My rating: ★★★★☆
Read From: 20 September 2013 - 24 September 2013
I’ve never been a huge fan of literary fiction. Perhaps it’s because I find our world to be so familiar as to be boring. These science fiction novels by Robert Silverberg were a nice compromise. They were literary in tone but set in a world a bit different from ours.
Both stories share a theme: who am I? Not in the grand mystical sense of “where did we all come from?” but in the more personal sense of “what makes me, me?”
In To Live Again, the Scheffing Institute regularly records the brain scans of the super rich. Then, after death, their scans can be implanted in someone else’s brain. The host gets to experience the memories, knowledge, insight, and personality of the dead. The dead get to experience living all over again, even if just as passengers in someone else’s head.
Some people have productive relationships with their implants while others live in near constant conflict with them. What does it mean to be “you” when there is someone else in your head? When you have two sets of memories and a voice constantly whispering in your mind, are you really the same person anymore? Silverberg uses this setting to explore maturity, ambition, jealousy, and loyalty.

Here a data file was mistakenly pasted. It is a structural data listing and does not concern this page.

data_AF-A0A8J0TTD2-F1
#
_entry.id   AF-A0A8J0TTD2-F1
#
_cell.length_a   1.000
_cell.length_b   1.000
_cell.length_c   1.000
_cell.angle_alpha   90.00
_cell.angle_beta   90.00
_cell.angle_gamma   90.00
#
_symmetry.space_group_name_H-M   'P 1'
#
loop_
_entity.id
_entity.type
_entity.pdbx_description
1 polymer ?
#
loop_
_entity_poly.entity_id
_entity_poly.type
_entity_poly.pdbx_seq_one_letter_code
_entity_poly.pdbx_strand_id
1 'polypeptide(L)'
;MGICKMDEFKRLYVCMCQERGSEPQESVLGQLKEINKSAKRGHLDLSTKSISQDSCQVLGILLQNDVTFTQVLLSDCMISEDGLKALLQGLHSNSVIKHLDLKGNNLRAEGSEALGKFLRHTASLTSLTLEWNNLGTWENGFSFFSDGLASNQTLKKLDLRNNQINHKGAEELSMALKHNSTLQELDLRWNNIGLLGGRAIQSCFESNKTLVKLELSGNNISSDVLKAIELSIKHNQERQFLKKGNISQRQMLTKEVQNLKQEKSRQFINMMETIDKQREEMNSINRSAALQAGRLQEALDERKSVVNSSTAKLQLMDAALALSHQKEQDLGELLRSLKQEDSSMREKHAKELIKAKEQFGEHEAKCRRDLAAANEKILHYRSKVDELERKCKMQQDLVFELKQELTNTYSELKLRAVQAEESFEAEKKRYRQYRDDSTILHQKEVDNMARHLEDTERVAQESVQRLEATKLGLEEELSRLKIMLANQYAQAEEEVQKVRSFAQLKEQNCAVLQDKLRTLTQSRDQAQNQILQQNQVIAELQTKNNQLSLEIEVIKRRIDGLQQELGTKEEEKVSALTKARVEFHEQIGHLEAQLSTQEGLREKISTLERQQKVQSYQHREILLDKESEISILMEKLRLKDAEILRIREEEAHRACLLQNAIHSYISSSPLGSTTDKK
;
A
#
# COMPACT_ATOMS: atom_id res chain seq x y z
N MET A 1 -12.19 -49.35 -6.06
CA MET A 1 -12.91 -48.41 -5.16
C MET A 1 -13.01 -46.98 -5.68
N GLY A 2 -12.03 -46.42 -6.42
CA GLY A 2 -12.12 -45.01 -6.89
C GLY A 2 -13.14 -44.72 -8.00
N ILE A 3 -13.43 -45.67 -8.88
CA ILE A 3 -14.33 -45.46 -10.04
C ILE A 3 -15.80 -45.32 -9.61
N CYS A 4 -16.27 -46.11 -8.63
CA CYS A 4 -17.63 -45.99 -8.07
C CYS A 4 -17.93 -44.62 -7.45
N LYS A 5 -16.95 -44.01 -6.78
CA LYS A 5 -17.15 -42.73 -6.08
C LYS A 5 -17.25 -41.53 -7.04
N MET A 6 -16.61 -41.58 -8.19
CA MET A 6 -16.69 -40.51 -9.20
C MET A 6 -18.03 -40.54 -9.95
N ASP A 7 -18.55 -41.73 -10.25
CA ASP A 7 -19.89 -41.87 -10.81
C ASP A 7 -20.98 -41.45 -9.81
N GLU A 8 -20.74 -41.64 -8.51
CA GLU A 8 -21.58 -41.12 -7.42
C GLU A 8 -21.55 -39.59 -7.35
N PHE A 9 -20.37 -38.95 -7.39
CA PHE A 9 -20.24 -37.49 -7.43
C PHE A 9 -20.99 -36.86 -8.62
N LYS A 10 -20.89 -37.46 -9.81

The Second Trip features Paul Macy. Paul used to be Nat Hamlin, a famous and successful sculptor. Four years ago, Nat was convicted of multiple rapes and was sentenced to Rehab. In the story, Rehab is a process of completely purging the personality and then building a new personality from the ground up—complete with a manufactured past. Paul Macy is the new personality in Nat Hamlin’s body.
Nat Hamlin is gone. Or is he? The story plays out almost entirely in Paul’s / Nat’s mind, as Nat struggles to regain his own life and body and Paul struggles to establish his right to exist, even though “he’s” less than 4 years old without any true life experience. Again, there’s the theme of “who am I?” coupled with the question of “do I even have a right to exist?”. The resulting conflict is interesting to watch and spurs much thought.